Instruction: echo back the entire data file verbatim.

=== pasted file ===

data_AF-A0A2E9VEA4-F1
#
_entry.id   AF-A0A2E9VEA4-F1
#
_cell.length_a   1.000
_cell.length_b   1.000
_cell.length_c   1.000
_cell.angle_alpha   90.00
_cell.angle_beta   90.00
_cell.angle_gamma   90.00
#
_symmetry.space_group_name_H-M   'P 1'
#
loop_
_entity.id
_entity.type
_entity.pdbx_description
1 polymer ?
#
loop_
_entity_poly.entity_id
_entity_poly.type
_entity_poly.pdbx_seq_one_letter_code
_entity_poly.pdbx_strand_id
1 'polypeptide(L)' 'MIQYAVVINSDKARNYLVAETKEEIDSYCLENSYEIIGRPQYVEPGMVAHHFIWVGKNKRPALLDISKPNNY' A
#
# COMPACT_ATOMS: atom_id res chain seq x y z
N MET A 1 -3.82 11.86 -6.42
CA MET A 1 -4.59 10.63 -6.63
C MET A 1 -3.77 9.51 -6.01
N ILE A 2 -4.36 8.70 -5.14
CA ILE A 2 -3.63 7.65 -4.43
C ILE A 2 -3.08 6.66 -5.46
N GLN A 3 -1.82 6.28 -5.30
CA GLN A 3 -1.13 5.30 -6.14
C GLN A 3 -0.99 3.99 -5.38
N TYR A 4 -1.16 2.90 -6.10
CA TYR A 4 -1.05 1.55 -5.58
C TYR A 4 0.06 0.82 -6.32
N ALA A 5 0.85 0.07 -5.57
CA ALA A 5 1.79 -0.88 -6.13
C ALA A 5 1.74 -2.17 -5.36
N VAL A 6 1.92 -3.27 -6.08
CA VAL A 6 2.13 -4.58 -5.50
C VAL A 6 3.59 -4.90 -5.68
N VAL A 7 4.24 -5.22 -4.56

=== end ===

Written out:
data_AF-A0A2E9VEA4-F1
#
_entry.id   AF-A0A2E9VEA4-F1
#
_cell.length_a   1.000
_cell.length_b   1.000
_cell.length_c   1.000
_cell.angle_alpha   90.00
_cell.angle_beta   90.00
_cell.angle_gamma   90.00
#
_symmetry.space_group_name_H-M   'P 1'
#
loop_
_entity.id
_entity.type
_entity.pdbx_description
1 polymer ?
#
loop_
_entity_poly.entity_id
_entity_poly.type
_entity_poly.pdbx_seq_one_letter_code
_entity_poly.pdbx_strand_id
1 'polypeptide(L)' 'MIQYAVVINSDKARNYLVAETKEEIDSYCLENSYEIIGRPQYVEPGMVAHHFIWVGKNKRPALLDISKPNNY' A
#
# COMPACT_ATOMS: atom_id res chain seq x y z
N MET A 1 -3.82 11.86 -6.42
CA MET A 1 -4.59 10.63 -6.63
C MET A 1 -3.77 9.51 -6.01
N ILE A 2 -4.36 8.70 -5.14
CA ILE A 2 -3.63 7.65 -4.43
C ILE A 2 -3.08 6.66 -5.46
N GLN A 3 -1.82 6.28 -5.30
CA GLN A 3 -1.13 5.30 -6.14
C GLN A 3 -0.99 3.99 -5.38
N TYR A 4 -1.16 2.90 -6.10
CA TYR A 4 -1.05 1.55 -5.58
C TYR A 4 0.06 0.82 -6.32
N ALA A 5 0.85 0.07 -5.57
CA ALA A 5 1.79 -0.88 -6.13
C ALA A 5 1.74 -2.17 -5.36
N VAL A 6 1.92 -3.27 -6.08
CA VAL A 6 2.13 -4.58 -5.50
C VAL A 6 3.59 -4.90 -5.68
N VAL A 7 4.24 -5.22 -4.56